School choice —a movement to provide alternatives to public school — is sure to be a top priority for President Donald Trump.
On Tuesday, during his first joint address to Congress, Trump called for a bipartisan school choice bill which would aim to help disadvantaged children trapped in failing schools.
United States Education Secretary Betsy DeVos made headlines this week, however, when she called historically black colleges and universities — which were created in response to racial segregation — “pioneers” of school choice.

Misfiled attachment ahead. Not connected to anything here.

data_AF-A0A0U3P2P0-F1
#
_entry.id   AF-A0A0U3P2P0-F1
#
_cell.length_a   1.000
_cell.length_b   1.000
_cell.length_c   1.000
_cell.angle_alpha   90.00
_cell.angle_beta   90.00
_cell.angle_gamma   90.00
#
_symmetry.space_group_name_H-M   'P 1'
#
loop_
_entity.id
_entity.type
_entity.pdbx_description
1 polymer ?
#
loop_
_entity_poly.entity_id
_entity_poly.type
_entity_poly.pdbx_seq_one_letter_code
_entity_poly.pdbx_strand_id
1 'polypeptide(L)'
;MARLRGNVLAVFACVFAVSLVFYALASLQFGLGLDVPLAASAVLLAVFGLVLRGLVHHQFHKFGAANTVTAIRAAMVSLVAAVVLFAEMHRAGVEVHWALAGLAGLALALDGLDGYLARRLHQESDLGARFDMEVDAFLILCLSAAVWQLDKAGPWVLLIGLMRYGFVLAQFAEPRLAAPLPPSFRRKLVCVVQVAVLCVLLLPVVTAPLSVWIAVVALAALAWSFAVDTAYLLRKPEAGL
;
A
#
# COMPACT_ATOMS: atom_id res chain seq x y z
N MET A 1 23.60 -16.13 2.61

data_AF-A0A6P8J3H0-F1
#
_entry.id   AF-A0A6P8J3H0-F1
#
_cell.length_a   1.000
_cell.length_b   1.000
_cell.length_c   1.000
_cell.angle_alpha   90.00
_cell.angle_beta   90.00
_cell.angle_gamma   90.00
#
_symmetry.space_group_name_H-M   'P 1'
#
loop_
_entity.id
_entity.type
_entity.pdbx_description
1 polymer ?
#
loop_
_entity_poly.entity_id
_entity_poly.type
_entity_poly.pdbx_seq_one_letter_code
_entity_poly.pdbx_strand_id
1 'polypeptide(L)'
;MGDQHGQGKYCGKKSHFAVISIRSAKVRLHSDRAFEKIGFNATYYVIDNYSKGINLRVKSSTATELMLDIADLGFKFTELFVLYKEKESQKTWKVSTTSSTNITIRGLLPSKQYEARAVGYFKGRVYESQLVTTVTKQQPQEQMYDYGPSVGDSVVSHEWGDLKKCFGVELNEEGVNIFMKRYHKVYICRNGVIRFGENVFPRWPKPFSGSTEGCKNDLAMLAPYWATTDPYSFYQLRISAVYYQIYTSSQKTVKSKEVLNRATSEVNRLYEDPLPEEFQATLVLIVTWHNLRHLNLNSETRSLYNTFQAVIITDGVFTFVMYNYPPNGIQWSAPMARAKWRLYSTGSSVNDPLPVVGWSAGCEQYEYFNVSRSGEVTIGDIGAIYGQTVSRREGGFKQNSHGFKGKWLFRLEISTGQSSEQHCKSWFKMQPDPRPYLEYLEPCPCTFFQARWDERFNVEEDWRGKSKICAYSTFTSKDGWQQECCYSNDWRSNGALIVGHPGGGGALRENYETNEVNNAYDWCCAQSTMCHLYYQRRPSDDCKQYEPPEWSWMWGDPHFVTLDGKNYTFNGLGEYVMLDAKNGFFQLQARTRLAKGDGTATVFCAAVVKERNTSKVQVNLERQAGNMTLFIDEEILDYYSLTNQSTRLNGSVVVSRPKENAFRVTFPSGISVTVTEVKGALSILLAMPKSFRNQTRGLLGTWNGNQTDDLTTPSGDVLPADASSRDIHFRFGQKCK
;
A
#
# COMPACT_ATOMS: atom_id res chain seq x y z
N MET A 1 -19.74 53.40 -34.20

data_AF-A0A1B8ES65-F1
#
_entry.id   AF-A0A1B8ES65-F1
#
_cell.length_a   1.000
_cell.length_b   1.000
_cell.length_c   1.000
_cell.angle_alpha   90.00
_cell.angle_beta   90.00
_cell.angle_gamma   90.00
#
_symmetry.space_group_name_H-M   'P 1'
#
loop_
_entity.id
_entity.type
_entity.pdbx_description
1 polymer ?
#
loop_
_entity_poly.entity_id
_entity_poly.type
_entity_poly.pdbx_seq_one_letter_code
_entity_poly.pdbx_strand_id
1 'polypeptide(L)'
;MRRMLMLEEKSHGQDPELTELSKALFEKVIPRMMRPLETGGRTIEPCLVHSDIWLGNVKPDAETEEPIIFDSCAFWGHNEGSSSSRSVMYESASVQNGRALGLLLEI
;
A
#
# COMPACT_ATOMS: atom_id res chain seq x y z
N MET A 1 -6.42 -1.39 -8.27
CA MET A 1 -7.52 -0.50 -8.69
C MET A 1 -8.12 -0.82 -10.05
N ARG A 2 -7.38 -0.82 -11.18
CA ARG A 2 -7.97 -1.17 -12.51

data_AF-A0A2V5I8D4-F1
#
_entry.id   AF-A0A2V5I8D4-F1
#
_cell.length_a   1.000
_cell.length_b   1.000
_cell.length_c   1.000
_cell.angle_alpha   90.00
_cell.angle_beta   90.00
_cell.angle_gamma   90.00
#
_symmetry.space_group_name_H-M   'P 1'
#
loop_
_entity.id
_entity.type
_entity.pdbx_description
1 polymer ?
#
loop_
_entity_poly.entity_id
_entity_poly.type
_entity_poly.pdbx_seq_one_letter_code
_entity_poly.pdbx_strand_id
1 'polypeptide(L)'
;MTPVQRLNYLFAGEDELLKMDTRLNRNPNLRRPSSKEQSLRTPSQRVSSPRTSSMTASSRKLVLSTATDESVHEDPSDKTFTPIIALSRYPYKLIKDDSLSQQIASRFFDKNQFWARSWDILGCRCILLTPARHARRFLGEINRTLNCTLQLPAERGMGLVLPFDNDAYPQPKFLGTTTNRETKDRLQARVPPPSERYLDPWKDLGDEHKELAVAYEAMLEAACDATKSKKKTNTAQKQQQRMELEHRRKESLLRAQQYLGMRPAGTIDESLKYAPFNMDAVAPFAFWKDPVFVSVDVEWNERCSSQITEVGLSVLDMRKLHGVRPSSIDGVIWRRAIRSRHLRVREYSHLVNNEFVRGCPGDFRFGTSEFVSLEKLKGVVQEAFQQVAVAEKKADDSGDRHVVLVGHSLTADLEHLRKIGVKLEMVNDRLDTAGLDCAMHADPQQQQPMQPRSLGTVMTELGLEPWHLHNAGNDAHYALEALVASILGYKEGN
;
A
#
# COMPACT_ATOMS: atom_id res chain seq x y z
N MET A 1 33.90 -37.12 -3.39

She later walked back this statement, but continued to draw parallels between school choice and historically black colleges and universities.
Providing an alternative option to students denied the right to attend a quality school is the legacy of #HBCUs.
— Betsy DeVos (@BetsyDeVosED) February 28, 2017
Take a look at the top 10 cities that currently allow some form of school choice, as graded by the Thomas B. Fordham Institute, an ideologically conservative research organization.
These cities have seen mixed results in their alternative education programs, but offer the policies, public support and programming most conducive to school choice:
(City rankings from the Thomas B. Fordham Institute; map by Cassidy McDonald)